Simulation model to lay bare trail of avian flu, SARS and HIV/AIDS

Dresden 29 June 2006Dr. Theo Geisel and his colleagues D. Brockmann and L. Hufnagel, from the Max Planck Institute for Dynamics and Self-Organization and from the Bernstein Center for Computational Neuroscience in Göttingen, are busy with the task of globally predicting the spread of epidemics such as avian flu, SARS and HIV/AIDS. They have developed a model to forecast of the spreading of life-threatening diseases.

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Dr. Geisel first offered an overview of the diseases that are causing us to be careful and take preventive measures. The first one is H5N1, better known as avian influenza A or "bird flu". There currently is a possible emergence of a noval human influenza A virus with pandemic potential. The second one is Severe Acute Respiratory Syndrome or SARS, caused by the corona virus. It started in China in February 2004 and has had a wordwide outbreak in over 30 countries. Third, there is the combined danger of HIV/AIDS and tuberculosis with 3 million casualties per year due to HIV and 2 million deaths due to tuberculosis. Since World War One approximately 150 millions deaths have occurred which represents more total deaths than in all wars in the passed 2000 years, according to the speaker.

The travelling habits have changed and everything has been speeding up since. This has important consequences for the spreading of diseases like bird flu, SARS and HIV/AIDS. Therefore it is important that the strategies to be taken can also be simulated, stated Dr. Geisel.

The speaker also provided a brief history of pandemics. The two most important occurrences of disease spreading are the black death in the 14th century - the so-called bubonic plague occurring from 1347 to 1350 - and the spanish flu in World War One.

The bubonic plague was caused by a bacterium passed on by the oriental rat flea. It caused a case fatality from 35 percent to 100 percent. From 1347 to 1350, 20 million people died, which represents 25 percent of the entire population at that time. The time from infection to death typically was one to seven days, as Boccaccio is referring to in his Decamerone.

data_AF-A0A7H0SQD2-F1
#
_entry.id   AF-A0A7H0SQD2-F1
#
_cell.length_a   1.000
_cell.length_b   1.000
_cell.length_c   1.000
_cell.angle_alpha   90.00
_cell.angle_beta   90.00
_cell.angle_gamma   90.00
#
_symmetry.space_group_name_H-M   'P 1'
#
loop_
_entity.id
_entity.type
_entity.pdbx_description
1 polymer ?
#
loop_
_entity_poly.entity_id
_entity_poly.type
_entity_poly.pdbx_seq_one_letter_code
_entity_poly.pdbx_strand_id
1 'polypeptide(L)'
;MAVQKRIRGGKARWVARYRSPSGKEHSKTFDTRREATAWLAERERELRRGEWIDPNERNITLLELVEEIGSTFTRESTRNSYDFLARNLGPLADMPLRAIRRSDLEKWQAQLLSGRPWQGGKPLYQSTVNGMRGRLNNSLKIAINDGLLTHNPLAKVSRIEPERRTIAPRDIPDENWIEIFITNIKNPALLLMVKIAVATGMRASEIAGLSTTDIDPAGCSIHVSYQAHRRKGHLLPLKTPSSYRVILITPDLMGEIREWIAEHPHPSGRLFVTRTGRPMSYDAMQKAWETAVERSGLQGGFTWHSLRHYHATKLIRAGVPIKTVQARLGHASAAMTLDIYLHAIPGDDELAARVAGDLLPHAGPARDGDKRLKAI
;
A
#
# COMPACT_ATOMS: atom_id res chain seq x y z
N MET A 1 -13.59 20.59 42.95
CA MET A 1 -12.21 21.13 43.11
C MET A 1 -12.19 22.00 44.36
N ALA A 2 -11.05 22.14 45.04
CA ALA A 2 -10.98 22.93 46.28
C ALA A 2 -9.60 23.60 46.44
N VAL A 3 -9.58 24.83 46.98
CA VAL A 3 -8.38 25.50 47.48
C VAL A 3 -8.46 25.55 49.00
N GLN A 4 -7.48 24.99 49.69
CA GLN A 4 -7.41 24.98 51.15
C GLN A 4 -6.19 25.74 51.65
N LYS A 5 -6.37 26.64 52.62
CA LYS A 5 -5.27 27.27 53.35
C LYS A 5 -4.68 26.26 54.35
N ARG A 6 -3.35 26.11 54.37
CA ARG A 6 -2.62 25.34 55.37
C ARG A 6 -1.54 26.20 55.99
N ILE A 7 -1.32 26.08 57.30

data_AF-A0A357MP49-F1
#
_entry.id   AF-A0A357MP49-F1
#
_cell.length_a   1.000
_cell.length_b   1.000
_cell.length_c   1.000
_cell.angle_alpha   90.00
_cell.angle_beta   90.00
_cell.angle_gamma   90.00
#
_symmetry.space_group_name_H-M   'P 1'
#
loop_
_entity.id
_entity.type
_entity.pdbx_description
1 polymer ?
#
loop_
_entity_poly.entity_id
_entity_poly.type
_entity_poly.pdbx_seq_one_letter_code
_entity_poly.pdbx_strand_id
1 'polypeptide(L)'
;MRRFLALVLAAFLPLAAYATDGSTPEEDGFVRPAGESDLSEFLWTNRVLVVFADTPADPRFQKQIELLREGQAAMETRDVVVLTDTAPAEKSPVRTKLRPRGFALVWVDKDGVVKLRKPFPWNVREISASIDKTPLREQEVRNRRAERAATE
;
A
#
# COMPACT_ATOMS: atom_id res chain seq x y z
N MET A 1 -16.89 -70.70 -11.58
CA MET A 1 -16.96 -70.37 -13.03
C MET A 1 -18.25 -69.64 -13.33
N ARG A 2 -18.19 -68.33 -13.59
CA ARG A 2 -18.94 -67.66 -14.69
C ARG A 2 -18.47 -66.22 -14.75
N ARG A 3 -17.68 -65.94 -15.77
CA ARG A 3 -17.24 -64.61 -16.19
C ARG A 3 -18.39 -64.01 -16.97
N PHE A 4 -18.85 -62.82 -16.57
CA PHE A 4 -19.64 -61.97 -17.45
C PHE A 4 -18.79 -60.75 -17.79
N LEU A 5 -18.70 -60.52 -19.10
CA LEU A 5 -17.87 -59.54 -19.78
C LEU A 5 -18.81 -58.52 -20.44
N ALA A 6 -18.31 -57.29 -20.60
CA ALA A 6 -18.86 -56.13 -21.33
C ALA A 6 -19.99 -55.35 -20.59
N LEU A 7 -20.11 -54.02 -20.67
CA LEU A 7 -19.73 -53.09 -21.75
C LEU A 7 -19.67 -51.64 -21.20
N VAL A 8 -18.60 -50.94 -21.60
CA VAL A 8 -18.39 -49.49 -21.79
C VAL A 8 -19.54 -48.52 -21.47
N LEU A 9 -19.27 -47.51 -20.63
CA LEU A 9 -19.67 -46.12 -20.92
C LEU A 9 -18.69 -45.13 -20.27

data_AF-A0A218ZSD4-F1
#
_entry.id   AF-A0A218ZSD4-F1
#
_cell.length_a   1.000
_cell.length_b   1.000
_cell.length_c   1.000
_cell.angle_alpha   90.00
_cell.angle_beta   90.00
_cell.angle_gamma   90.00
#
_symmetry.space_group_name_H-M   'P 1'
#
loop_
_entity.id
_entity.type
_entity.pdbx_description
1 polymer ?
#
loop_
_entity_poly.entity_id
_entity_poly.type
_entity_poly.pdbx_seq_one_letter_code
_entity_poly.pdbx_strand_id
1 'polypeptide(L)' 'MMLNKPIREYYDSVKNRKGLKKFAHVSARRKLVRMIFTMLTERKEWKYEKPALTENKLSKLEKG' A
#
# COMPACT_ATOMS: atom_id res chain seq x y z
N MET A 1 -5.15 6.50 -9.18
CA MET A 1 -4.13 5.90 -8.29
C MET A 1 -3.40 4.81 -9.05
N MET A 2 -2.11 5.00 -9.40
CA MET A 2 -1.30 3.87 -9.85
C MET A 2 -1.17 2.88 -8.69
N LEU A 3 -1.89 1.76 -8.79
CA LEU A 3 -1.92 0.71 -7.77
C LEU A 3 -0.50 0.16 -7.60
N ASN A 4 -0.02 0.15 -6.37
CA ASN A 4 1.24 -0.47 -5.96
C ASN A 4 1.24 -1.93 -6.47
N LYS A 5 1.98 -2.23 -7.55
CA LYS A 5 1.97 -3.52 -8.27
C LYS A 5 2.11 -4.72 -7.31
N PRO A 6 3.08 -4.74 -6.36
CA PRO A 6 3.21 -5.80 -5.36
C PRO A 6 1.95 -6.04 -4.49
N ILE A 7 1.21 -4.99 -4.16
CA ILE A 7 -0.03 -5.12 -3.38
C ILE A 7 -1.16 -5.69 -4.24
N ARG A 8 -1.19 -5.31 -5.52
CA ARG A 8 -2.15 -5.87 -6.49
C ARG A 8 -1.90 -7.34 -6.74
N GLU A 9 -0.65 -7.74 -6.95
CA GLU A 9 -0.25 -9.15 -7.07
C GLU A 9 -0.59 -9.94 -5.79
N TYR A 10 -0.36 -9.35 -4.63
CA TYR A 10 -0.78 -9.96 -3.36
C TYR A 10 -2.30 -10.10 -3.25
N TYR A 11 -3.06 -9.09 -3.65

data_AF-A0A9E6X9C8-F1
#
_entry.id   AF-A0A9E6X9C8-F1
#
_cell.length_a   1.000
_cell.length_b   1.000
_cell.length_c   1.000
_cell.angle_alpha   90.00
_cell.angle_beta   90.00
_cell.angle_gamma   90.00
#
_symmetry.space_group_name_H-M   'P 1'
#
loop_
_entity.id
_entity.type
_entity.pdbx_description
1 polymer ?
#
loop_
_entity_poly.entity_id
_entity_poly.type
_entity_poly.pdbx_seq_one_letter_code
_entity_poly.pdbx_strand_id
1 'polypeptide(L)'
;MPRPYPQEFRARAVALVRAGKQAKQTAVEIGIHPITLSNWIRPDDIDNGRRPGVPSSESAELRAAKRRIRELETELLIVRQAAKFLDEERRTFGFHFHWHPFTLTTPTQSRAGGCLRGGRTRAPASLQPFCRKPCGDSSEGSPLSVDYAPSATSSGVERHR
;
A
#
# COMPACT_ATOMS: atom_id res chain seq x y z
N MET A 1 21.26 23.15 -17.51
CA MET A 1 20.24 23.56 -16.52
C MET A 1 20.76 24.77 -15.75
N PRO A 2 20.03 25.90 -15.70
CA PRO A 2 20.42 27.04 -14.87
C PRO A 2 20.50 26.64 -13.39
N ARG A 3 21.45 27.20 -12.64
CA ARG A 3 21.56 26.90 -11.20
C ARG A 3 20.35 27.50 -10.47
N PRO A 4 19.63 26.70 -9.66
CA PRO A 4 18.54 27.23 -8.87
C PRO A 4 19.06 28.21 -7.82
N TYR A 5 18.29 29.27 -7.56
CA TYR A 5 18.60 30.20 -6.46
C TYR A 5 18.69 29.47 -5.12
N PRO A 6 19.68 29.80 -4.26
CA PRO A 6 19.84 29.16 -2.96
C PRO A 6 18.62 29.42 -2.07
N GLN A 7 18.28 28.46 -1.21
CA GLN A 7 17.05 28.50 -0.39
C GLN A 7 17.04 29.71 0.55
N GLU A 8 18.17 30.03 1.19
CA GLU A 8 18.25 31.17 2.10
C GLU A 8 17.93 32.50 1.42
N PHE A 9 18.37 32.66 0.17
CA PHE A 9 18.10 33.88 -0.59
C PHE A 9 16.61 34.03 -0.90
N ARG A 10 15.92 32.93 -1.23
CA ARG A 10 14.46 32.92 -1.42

The spatio-temporal dynamics of epidemics are captured in the SIR model, explained Dr. Geisel. The kinetic model from being susceptible over being infected to staying infected or recover can be caught with mean field dynamics.

Random walks and diffusion are performed with a central limit theorem, as stated by the speaker who showed how diffusion works with the Galton Board 1 using balls and bins. Each ball performs N choices for deltaXn and equal probability is being achieved for the left and right way. The position is identified after N steps. The balls are collected in bins and the number of balls per bin can be defined.

Dr. Geisel expanded on the question whether diffusion constitutes an adequate model. For the epidemics in the middle ages, the answer is yes but in modern time for diseases such as SARS and HIV/AIDS we need new models because of the modern expansion of travel.

If we take the 500 largest airports with 2 million flights, there is an account for 95 percent of international civil air traffic with over 150 different aircraft types. Thanks to this data, a map of aviation movements can be created which can be used for the simulations. The simulation results differ when simulating an outbreak in New York or one in London, as Dr. Geisel showed. Different regions are being affected.

The team also uses Lévy-Flights and superdiffusion models. The question is whether we can determine human dispersal on all scales. The idea is to follow the money. The on-line bill tracking system was initiated in 1998. The money bills are marked and repeateldy reported at web sites.

The dynamics for short time trajectories have also been calculated. However, the picture is incomplete with the current predictions of the model. There has to be a comparison between theory and empirics. The results should still become more realistically, Dr. Geisel concluded.


Leslie Versweyveld

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